Many of those who say “Hello, Chef” are wearing the same white tunic he is, “Think Food Group” embroidered across the chest. The company employs almost a thousand workers in its 16 outlets around the country and is poised for even more dramatic growth. He and Wilder are on track to open five properties this year. Several more are in development, including some whiteboard musings for a vegetable-centered fast-food concept. “Fast good,” Andrés calls the idea.
The investors are there to go even bigger, he says, opening Jaleos — the original concept that now has branches in Bethesda, Crystal City and Las Vegas — all around the country. He has queries from as far as Marrakesh and Doha. But he and Wilder are wary of diluting the quality that saw three of their restaurants ranked in the country’s top 15 in a recent poll of food bloggers.
“We don’t want to get big just to get big,” Wilder says. “We’re still very much about quality over quantity. But if you can figure out a way to do José-quality food for under $10, that’s something you want to replicate. That can have an impact on the way people eat.”
Both say growth is inevitable. Early this year, they hired Kimberly Grant, former president of the Ruby Tuesday chain, as chief operating officer.
“Do we open 25, 30, 40 Jaleos?” ponders Andrés, nibbling off-menu roast lamb at Zaytinya. “Or maybe in the end, we stay who we are, we stay mostly in this city, which I love, and we’re happy. This is a very important moment for us.”
Definitely coming this summer is China Chilcano, opening across the street from Oyamel. The concept: Chinese/Peruvian, a fusion as perplexing as it is intriguing. The idea is a twist on China Poblano, his successful Chinese-Mexican mash-up in Las Vegas.
“I’m worried about every single one of his new ideas, and I’ve been proven wrong every time,” says friend Richard Wolffe, the Washington journalist who has been the co-author of two cookbooks with Andrés. “He knows D.C. is the perfect town for him. This is an ideas town, and he’s an ideas person.”
Andrés is locating the new place on Seventh Street, where he is probably already overexposed. A noodle restaurant recently pulled out of the space, and Andrés claimed it, not wanting to risk a national chain besmirching the block. He’s protective of the once-moribund area where he is treated by many as an unofficial mayor.
“We love José; he pioneered this district,” says Amy Henderson, a historian at the nearby National Portrait Gallery who is browsing the farmers market on Eighth Street. She says the exquisite food and happy bustle of Andrés’s restaurants acted like chicken soup for a soulless neighborhood of parking lots and low-end retail.
Andrés, arriving too late to ring the market’s opening bell, is content to hold court and hug admirers. At one table, he tosses back a raw Cubalaya egg like a protein shooter. He remembers trying to persuade store owners on the block to make space for the weekly market.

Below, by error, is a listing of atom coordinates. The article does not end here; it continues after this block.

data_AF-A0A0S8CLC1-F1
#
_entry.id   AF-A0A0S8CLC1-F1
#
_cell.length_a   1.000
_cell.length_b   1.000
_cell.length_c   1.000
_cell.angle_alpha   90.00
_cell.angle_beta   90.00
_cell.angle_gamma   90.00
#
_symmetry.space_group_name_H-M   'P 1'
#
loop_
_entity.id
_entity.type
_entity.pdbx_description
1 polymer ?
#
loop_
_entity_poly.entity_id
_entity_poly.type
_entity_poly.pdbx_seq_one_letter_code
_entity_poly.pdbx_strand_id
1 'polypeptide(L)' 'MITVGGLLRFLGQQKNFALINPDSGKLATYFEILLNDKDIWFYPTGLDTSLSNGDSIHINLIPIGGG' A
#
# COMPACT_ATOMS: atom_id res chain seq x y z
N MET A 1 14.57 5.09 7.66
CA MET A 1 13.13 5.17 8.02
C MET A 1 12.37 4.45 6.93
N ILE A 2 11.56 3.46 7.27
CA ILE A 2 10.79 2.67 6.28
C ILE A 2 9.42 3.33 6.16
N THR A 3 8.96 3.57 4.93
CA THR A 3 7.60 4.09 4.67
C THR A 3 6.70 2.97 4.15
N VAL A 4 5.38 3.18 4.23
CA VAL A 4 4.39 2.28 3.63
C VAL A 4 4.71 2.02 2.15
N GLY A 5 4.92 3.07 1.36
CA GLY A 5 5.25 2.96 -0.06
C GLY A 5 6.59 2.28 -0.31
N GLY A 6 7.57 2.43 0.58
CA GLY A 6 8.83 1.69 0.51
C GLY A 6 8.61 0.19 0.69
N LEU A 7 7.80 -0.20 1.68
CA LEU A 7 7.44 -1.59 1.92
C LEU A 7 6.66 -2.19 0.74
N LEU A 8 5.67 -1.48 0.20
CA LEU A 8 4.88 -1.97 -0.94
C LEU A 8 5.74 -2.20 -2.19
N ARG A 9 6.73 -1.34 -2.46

“I had to go to them and say, ‘What the f--k? You’re complaining about parking?’ ” he recalls. He gestures at all the citizens drawn together by fresh tomatoes and artisanal goat cheese. “This is what makes a neighborhood, which is what makes a city, which is what makes a country.”
And this is what Andrés hopes to spark on a wider scale: food creating good.
“I cannot be a cook, I cannot be a chef, I cannot be in the business of feeding people and still have people in my city and people around the world that don’t have access to food, who don’t have jobs,” he says. “I see food as empowerment.”
Almost as soon as he landed in Washington, he appeared at the door of D.C. Central Kitchen, the innovative charity that gathers uncooked leftovers from restaurants to provide thousands of meals to the homeless shelters and school cafeterias in the city. In the process, they teach culinary job skills to hard-luck adults. Andrés quickly became a constant presence, says founder Robert Egger. Andrés taught cooking, led fundraisers, bulldozed his way from volunteer to board chairman.
“It was classic José,” Egger says. “He just muscled his way into the discussion about charity. There are no boundaries with him. It’s a wonder he bothers to have a passport.”
More and more, Andrés delves into the wonkier side of food. He teaches a yearly class in the science, culture and politics of food and hunger at George Washington University, and he hopes to found a food policy institute there. In 2011 Secretary of State Hillary Clinton enlisted him in her efforts to replace the wood-burning stoves that inflict millions of poor families with respiratory disease with cleaner alternatives, including folding solar ovens.